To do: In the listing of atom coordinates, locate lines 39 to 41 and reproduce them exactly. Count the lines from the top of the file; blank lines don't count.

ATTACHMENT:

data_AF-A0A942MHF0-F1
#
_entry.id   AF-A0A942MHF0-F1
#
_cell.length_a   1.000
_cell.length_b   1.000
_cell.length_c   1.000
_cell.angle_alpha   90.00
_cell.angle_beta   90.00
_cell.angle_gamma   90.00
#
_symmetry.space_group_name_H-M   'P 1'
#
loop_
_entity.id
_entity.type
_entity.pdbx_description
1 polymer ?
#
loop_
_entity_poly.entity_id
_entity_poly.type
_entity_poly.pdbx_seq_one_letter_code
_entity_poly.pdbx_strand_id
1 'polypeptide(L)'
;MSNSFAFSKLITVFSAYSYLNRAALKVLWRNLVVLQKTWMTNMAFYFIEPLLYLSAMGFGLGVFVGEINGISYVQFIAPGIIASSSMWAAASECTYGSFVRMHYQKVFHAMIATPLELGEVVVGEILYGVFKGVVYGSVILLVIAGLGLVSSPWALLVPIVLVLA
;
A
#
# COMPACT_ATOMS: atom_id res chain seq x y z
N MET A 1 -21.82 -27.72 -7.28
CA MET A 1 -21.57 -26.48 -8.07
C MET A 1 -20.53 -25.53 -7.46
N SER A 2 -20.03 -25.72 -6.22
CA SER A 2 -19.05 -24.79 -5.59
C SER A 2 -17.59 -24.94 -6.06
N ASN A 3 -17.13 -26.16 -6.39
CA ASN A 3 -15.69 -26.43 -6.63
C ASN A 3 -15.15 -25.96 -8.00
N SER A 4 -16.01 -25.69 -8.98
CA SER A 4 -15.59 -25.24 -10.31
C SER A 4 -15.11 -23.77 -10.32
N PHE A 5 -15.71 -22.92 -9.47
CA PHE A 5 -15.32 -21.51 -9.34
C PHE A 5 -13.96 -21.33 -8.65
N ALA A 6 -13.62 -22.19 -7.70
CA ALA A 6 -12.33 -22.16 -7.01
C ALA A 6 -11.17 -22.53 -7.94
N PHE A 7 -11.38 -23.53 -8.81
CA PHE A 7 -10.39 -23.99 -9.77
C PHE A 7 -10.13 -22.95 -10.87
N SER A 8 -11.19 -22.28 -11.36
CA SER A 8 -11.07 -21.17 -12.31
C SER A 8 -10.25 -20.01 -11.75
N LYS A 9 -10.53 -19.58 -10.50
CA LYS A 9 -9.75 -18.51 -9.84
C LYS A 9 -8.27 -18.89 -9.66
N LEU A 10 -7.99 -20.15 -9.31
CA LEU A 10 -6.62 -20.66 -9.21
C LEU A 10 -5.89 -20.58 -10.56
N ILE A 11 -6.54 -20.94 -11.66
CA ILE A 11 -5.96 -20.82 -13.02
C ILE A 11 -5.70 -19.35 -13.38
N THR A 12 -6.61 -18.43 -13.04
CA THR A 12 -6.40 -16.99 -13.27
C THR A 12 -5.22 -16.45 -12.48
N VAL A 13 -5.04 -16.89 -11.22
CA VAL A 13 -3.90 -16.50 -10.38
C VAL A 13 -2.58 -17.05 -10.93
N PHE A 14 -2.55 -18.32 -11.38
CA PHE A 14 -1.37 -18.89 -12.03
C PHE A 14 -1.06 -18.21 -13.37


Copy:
C ASN A 3 -15.15 -25.96 -8.00
N SER A 4 -16.01 -25.69 -8.98
CA SER A 4 -15.59 -25.24 -10.31